The largest wildlife rescue groups in each fire-affected state

Most wildlife carers across Australia are at capacity as they struggle with ever-increasing numbers of sick and injured animals.

Please only contact these organisations by phone if you find sick or injured wildlife.

Donations to these organisations are tax-deductible and people wishing to help should do so via their websites.


Wildlife Victoria

Phone: 03 8400 has 7300


WIRES Wildlife Rescue

Phone: 1300 094 737

South Australia

Fauna Rescue of SA

Phone: (08) 8289 0896

Western Australia


Phone: (08) 9474 9055


ACT Wildlife

Phone: 0432 300 033

Access Canberra (for injured kangaroos, sick adult wombats and snakes)
Phone: 13 22 81


Wildlife Rescue Queensland

Phone: 0478 901 801


Bonorong Wildlife Rescue

Phone: 0447 264 625

On the ground wildlife support

Much of the work being done to feed starving wildlife in bushfire and drought-affected regions is being done by individuals who volunteer their time to help animals. There are a number of GoFundMe fundraisers set up to support them.

An eerie burnt out forest. Smoke in the background.
A burnt out wildlife sanctuary near Cobargo. Source: Gary and Sara

This is a list of individuals and groups I have spoken to while reporting on wildlife issues for Yahoo News Australia. Stories about them can be located via the hyperlinks.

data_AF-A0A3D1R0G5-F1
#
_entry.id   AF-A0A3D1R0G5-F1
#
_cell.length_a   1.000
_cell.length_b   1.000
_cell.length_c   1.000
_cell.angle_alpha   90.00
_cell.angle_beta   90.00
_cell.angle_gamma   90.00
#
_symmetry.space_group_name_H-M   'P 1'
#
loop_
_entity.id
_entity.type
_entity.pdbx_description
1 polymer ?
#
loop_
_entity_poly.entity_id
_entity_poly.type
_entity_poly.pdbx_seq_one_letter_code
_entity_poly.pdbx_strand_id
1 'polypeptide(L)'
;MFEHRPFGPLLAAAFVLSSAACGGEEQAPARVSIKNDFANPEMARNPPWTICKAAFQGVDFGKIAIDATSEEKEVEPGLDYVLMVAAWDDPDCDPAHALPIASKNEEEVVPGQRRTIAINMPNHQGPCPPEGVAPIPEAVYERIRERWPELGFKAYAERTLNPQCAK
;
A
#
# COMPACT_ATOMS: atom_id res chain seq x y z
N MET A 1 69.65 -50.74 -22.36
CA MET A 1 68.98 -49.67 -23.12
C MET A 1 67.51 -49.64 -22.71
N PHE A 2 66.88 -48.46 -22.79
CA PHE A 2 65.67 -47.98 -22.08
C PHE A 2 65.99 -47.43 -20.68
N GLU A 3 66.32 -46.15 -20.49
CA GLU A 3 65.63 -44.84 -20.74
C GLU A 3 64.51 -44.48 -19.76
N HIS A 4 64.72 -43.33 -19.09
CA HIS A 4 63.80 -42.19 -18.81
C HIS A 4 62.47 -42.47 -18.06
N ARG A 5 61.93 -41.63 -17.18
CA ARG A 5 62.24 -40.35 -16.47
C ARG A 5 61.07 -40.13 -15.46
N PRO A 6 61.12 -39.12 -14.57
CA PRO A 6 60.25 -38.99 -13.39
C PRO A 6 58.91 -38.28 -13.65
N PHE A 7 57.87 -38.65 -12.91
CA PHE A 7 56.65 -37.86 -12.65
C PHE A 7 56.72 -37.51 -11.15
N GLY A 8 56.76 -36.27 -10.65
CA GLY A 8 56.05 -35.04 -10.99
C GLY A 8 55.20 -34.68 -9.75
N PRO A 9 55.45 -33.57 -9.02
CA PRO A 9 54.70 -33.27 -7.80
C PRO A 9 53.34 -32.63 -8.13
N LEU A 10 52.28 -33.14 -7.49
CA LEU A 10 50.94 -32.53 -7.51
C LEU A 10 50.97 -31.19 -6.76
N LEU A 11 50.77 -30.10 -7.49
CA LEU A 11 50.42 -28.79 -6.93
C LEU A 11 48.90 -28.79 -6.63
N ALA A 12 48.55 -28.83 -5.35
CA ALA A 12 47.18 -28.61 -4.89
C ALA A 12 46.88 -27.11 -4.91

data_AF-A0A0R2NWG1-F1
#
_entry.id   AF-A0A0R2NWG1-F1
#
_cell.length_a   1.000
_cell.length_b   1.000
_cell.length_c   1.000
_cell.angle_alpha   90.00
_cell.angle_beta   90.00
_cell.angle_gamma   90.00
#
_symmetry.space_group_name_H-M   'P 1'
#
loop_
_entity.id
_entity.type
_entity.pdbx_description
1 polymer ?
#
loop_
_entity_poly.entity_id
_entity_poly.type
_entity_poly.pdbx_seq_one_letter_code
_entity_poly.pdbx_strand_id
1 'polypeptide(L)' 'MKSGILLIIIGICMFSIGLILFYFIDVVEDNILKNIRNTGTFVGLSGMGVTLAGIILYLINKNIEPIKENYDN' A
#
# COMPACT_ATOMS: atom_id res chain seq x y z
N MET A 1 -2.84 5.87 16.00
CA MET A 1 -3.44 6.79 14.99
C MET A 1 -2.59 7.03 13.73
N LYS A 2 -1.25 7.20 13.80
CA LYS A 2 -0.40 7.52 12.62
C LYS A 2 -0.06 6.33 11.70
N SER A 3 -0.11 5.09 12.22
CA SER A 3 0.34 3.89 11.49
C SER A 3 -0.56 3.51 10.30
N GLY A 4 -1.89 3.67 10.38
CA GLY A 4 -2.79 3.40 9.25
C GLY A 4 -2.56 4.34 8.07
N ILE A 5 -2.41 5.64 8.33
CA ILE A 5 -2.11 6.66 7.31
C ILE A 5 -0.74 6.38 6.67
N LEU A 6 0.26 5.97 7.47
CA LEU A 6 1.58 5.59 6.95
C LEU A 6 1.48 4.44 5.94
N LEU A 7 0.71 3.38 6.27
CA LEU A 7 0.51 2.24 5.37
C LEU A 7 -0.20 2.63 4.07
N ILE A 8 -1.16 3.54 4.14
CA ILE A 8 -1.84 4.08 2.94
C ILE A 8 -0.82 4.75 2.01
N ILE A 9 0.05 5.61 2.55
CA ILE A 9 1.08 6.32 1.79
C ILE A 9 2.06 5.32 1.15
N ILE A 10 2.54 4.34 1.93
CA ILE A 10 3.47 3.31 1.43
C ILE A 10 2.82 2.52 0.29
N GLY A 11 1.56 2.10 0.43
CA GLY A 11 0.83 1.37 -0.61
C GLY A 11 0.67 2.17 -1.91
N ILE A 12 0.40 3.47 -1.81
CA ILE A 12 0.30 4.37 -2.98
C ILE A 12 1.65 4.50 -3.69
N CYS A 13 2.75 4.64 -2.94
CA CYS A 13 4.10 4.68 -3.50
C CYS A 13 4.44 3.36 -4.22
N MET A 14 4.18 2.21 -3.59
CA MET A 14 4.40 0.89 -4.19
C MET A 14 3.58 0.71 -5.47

Wild2Free Kangaroo Sanctuary

Wild2Free is a kangaroo sanctuary run by Rae Harvey. Her home and sanctuary have been destroyed by bushfires.

Koala Hospital Port Macquarie

Koala Hospital Port Macquarie is working around the clock to save dying koalas and roll out water stations to koalas.

Wildlife Empire

Wildlife Empire in Goondiwindi is working to help drought affected koalas.

Two wallabies drink from a white tub at Wild2Free.
Two surviving wallabies drink after fire destroyed Wild2Free. Source: Wild2Free

Wildlife Rescue Sunshine Coast

Wildlife Rescue Sunshine Coast has been raising money to help drought-affected wildlife and distributing it among smaller groups.

Wildlife ARC

Wildlife ARC is a donation-dependent wildlife charity on the NSW Central Coast that I volunteer for.

Help Cobargo Wildlife

This fundraiser has been set up to help wildlife rescuers in the Cobargo region.


Adelaide and Hills Koalas Rescue is working to save koalas injured by motor accident and drought.

Hunter Wildlife Rescue

NATF Hunter Wildlife Rescue helps animals across the Hunter Valley, particularly drought affected flying foxes.

The Rescue Collective

The Rescue Collective are distributing funds to other animal welfare groups around Australia.

Animal Rescue Collective

Animal Rescue Collective are distributing supplies to those on the ground helping wildlife.

World Animal Protection

World Animal protection are a global organisation fundraising for disaster response.

Volunteering to be a rescuer

Wildlife groups are always in search of new members.

If you would like to train to work with wildlife, look at the contact page of your local rescue group and offer your assistance.

Be patient though - these groups are largely run by volunteers who invest their own money and time to help native animals and birds.

The author, Michael Dahlstrom, is a registered native bird carer with Wildlife ARC.